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    Senior living: How to stay healthy when playing pickleball
    • July 10, 2023

    By Dr. Andrew Le, guest columnist

    Pickleball fever has hit Americans and there is no doubt it’s the fastest growing sport in the United States.

    Many seniors have picked up on this sport and made it a part of their daily exercise regimen – which is great. It is important for seniors to continue staying active as they age, and pickleball is the perfect low-impact exercise.

    Andrew Le, DO, CAQSM MemorialCare Medical Group. (Photo courtesy of MemorialCare)

    But it’s important to note that in a 2021 study found in the National Library of Medicine, data showed pickleball could cost Americans, especially seniors, nearly $377 million in health care costs this year, accounting for 5-10% of total unexpected medical spending.

    The study also showed that pickleball-related injuries occur most frequently in older adults. From 2010 to 2019, 86% of emergency department visits occurred in people at least 60 years old. Among pickleball injuries, 60% result from sprains, fractures or strains; 20% from contusions, abrasions or internal injuries; and fewer than 10% from lacerations and/or dislocations.

    Common and complex pickleball injuries

    Most injuries in seniors related to pickleball occur in the elbow, shoulder, leg and foot:

    Elbow injuries such as lateral epicondylitis, or tennis elbow, are typically the result of overuse injuries found in the muscles and tendons that can cause pain and swelling.
    Shoulder injuries may occur from improper technique, not stretching or over-exertion. Common shoulder injuries include tendinitis or bursitis but can range to more complex injuries, such as rotator cuff tears.
    Leg injuries tend to be strained muscles, ankle sprains and Achilles’ tendon injuries from running, jumping or lunging. This could be from several issues, such as dehydration, over-extension or pivoting/twisting motions.
    Foot injuries include blisters or plantar fasciitis, which can stem from improper footwear, or repetitive running, jumping or sliding motions — all common maneuvers in pickleball.

    Most of these injuries can be treated in an outpatient clinic or doctor’s office, along with rest, icing and recovery. But it is important for seniors to seek medical attention from their doctor if the injury persists.

    Some of the more complex injuries from pickleball may include:

    Severe ankle sprains or tears: These usually impact the ligaments that are most commonly on the outside of the ankle. When these ligaments are severely injured, you may be sidelined for a while and even require a walking boot or a cast in some cases.
    Achilles’ tendon rupture: A traumatic tear that connects the calf muscles (gastrocnemius and soleus) to the heel bone (calcaneus) in the foot. This injury often requires surgical repair.
    Rotator cuff tear: Adults in their 50s and older can develop full-thickness rotator cuff tears without a major injury. Traumatic full-thickness rotator cuff tears tend to require surgical repair to restore optimal function. But with newer technology, these surgeries can almost always be done with minimal invasiveness, with three to four tiny incisions. After surgery, physical therapy is critical, and the post-operative rehab may take some time prior to returning to the court.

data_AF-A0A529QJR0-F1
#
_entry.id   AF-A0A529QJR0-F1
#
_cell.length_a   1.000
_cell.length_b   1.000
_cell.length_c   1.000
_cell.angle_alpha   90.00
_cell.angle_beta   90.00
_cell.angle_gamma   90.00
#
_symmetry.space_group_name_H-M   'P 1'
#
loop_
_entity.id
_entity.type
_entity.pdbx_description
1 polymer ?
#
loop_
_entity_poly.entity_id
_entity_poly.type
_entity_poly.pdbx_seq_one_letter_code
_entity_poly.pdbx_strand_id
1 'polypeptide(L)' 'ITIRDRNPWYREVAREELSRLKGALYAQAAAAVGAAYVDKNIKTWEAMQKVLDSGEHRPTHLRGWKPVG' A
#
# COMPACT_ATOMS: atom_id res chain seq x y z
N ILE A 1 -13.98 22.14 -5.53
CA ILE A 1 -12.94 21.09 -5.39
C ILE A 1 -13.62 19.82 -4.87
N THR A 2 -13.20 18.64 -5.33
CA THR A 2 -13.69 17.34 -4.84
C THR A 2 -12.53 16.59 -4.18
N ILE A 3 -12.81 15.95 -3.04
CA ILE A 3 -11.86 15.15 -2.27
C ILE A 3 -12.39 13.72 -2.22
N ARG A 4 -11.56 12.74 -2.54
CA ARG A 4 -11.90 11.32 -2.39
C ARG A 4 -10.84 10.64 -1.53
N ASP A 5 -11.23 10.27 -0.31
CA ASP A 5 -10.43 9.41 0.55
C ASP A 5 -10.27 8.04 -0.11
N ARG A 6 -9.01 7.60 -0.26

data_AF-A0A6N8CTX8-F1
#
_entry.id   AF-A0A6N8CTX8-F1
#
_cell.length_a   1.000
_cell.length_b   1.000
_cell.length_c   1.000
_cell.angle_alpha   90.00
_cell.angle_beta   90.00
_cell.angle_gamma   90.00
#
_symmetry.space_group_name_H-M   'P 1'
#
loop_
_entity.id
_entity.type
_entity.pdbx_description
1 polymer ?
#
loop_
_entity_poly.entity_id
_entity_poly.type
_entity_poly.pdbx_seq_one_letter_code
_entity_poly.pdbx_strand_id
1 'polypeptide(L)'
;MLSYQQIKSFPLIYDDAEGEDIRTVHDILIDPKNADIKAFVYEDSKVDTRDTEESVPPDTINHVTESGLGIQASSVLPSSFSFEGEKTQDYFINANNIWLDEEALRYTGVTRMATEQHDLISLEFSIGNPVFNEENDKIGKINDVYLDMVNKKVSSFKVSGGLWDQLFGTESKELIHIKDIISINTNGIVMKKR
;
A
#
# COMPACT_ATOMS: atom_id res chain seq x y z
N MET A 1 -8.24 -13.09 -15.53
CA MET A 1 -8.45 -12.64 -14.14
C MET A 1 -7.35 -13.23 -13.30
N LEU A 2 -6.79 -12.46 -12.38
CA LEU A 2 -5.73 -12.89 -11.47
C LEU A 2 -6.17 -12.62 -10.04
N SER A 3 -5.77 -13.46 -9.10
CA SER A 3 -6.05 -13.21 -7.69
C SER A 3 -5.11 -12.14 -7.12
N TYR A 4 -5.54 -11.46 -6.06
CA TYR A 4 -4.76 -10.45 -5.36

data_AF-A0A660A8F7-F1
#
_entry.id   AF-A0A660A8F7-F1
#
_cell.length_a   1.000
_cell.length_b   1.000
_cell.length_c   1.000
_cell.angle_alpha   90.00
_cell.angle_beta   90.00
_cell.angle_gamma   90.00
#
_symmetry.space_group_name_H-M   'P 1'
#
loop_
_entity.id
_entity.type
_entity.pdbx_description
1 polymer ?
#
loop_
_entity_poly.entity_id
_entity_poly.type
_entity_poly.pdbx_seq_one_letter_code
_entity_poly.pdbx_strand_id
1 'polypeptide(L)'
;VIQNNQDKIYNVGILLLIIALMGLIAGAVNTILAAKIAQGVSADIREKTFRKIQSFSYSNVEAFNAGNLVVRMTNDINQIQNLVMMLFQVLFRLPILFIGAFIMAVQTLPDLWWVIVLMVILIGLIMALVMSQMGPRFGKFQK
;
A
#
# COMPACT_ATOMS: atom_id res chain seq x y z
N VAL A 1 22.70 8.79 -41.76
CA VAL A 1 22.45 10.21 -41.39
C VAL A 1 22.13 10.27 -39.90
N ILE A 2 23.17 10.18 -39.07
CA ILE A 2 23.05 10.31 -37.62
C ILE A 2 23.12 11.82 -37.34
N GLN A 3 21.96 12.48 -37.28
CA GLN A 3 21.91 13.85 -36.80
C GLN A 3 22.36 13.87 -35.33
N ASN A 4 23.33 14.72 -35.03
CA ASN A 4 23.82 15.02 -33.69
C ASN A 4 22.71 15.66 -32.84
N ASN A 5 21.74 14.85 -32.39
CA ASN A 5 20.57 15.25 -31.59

Wrist fracture: Breaks in the bone often occur from falls on an outstretched hand, with a distal radius fracture being the most common. If the fracture is minimally displaced, treatment may include a simple brace or a cast. If the fracture is displaced, it may require reduction and surgical repair.

    Preventing pickleball injuries

    For seniors, warming up and cooling down is necessary, and essential to ensure you are properly loosened up and ready for activity.

    Key tips to help avoid pickleball injuries include:

    Warming up before the match: Stretching and light cardiovascular exercises, such as jogging, will help lower the risk of injury.
    Cooling down after the match: Proper nutrition and rehydration, as well as foam rolling and stretching, will help your body repair and recover.
    Being aware of your surroundings: Be careful not to trip on balls that may have rolled onto your side or loose bag straps laying around the court.
    Taking regular breaks and not over-practicing: It is important during the match for seniors to take frequent breaks, as the risk of injury increases with fatigue. When first starting, gradually increase or ramp up your activity level to minimize overuse injuries.
    Drinking plenty of water and fluids: This is essential for your vital organs and will protect you against heat-related illnesses and dehydration.
    Having proper training, technique and form: If you are a beginner, take time to join a class or learn the proper technique before playing competitively. Having proper form and mechanics can significantly minimize your risk of overuse injuries.

    The key to an injury-free pickleball season is preparation, planning and practice. If you stick to these routines, you will enjoy all the benefits of physical activity and social interaction with your fellow pickleball players.

    Dr. Andrew Le is a family medicine and sports medicine physician at MemorialCare Medical Group. Le completed his medical education at Western University of Health Sciences. During his time there, he received multiple scholarships and awards in family medicine, was the President of the Sports Medicine Club and graduated with honors. He has a specialized interest in diagnostic and interventional ultrasound, orthobiologics, management of chronic tendinopathy and arthritis, and comprehensive wellness care for patients of all ages.

    ​ Orange County Register